In memory of
Barbara Gilbert Carson
In memory of
Barbara Gilbert Carson
Barbara Gilbert Carson, 70, died at home on Oct. 21, 2011, in Williamsburg. During her life, she was always a teacher. To her students, she was an instructor and mentor. To family, friends and colleagues, she was a wonderful comrade, a gifted conversationalist and throughout her illness, an example of courage, forbearance and everlasting cheerfulness. Raised and schooled in Lebanon, Pa., she took degrees from Brown University and the Winterthur Program at the University of Delaware. Over her long career in the classroom, she taught American history and American are at the Radcliffe Institute, George Washington University, the College of William & Mary, the New School for Social Research, the Winterthur Museum and the Museum of Early Southern Decorative Arts. She lectured widely and shared her expertise as a consultant to many museums and historical societies. Her notable publications include "The Apparatus of Science at Harvard, 1760-1800," "Ambitious Appetites:?Dining Behavior and Patterns of Consumption in Federal Washington," "The Governor's Palace at Williamsburg" and a training course for National Park Service interpreters. She leaves many good friends; her daughter, Purcell; and her husband, Cary, otherwise known to most of her students as "Mr. Barbara Carson." A memorial concert is planned for early next year. Online condolences may be registered at www.vagazette.com.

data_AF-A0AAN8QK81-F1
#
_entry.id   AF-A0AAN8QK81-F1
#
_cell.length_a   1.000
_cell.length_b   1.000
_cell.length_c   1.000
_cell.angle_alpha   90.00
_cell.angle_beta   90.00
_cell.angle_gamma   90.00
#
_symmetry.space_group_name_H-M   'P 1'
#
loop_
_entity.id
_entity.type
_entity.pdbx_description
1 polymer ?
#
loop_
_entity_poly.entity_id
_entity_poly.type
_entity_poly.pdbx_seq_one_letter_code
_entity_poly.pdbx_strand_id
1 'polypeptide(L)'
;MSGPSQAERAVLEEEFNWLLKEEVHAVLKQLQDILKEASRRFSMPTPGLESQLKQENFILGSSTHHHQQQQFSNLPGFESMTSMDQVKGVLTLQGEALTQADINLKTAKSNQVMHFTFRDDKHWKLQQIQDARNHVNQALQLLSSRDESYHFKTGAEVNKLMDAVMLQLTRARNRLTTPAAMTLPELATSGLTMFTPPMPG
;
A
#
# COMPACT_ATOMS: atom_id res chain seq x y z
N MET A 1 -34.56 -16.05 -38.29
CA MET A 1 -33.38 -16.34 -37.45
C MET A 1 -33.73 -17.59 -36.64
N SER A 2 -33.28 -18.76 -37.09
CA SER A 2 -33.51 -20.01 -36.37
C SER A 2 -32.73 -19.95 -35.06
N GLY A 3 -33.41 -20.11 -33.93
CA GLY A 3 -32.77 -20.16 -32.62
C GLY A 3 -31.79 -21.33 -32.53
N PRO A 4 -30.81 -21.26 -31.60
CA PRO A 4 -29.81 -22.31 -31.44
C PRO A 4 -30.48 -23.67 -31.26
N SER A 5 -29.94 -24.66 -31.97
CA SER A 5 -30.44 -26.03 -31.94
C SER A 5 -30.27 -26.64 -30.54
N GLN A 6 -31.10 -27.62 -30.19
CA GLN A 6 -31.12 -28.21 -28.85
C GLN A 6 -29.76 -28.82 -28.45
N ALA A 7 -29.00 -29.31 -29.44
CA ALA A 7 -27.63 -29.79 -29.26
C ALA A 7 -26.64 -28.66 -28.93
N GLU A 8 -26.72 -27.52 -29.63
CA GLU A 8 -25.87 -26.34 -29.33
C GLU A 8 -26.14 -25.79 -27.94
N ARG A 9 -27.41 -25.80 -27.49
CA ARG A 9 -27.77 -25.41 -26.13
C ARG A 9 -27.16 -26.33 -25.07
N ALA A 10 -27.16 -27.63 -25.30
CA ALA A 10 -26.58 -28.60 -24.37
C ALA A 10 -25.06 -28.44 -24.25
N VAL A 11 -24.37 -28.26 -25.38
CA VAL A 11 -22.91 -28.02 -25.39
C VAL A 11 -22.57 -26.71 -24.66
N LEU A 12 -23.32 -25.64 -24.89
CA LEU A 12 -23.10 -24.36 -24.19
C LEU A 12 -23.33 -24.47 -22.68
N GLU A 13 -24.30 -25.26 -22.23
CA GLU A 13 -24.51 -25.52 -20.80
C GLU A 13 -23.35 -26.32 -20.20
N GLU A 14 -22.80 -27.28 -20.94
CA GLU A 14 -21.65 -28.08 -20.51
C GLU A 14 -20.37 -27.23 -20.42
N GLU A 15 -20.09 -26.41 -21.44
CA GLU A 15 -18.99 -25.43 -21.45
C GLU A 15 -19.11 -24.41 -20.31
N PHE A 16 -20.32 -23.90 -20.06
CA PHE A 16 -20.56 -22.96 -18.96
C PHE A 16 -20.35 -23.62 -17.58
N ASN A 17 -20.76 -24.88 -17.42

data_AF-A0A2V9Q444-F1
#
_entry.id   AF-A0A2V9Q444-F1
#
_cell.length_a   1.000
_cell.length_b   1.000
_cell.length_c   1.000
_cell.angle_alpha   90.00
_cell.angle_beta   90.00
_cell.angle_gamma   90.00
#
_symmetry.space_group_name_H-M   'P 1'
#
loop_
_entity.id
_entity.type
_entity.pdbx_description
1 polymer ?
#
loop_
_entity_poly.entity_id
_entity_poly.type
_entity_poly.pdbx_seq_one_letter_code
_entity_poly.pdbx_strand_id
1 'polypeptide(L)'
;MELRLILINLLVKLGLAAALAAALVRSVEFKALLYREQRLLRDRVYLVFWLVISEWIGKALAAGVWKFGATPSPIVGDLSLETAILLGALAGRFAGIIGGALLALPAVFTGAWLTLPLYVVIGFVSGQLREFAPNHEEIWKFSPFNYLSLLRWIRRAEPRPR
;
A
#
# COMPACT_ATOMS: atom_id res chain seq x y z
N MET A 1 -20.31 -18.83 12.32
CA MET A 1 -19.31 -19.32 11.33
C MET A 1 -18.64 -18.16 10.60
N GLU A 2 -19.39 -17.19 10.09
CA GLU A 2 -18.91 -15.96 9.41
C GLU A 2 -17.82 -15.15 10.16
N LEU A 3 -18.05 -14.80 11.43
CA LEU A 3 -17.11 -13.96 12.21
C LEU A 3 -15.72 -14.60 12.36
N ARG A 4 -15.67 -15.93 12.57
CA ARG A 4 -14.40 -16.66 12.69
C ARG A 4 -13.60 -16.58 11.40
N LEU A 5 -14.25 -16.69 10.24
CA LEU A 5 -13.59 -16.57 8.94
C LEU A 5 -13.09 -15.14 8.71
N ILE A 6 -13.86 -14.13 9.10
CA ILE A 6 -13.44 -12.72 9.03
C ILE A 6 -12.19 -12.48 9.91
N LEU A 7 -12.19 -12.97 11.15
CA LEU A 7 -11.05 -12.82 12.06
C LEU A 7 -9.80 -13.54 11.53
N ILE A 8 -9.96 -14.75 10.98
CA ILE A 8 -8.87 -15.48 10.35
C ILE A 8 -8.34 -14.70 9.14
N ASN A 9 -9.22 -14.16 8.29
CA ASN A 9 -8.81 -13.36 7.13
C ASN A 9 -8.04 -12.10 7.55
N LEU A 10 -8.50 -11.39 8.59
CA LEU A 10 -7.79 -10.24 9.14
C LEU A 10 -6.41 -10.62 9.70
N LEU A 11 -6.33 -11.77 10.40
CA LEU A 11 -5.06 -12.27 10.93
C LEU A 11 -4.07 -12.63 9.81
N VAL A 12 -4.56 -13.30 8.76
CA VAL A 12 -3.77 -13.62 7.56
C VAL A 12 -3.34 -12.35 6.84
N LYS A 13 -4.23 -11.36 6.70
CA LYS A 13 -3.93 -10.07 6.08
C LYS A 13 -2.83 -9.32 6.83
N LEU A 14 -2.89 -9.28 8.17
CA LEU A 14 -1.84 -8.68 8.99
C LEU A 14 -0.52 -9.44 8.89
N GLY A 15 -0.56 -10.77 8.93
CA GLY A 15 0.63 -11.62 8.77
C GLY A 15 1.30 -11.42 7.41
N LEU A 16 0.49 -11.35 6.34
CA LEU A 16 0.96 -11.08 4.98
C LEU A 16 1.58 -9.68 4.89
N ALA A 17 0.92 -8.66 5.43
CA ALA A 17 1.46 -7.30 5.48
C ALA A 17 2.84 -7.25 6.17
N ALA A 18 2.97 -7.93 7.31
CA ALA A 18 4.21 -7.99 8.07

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In memory of
Barbara Gilbert Carson
Barbara Gilbert Carson, 70, died at home on Oct. 21, 2011, in Williamsburg. During her life, she was always a teacher. To her students, she was an instructor and mentor. To family, friends and colleagues, she was a wonderful comrade, a gifted conversationalist and throughout her illness, an example of courage, forbearance and everlasting cheerfulness. Raised and schooled in Lebanon, Pa., she took degrees from Brown University and the Winterthur Program at the University of Delaware. Over her long career in the classroom, she taught American history and American are at the Radcliffe Institute, George Washington University, the College of William & Mary, the New School for Social Research, the Winterthur Museum and the Museum of Early Southern Decorative Arts. She lectured widely and shared her expertise as a consultant to many museums and historical societies. Her notable publications include "The Apparatus of Science at Harvard, 1760-1800," "Ambitious Appetites:?Dining Behavior and Patterns of Consumption in Federal Washington," "The Governor's Palace at Williamsburg" and a training course for National Park Service interpreters. She leaves many good friends; her daughter, Purcell; and her husband, Cary, otherwise known to most of her students as "Mr. Barbara Carson." A memorial concert is planned for early next year. Online condolences may be registered at www.vagazette.com.
View Full Obituary ›
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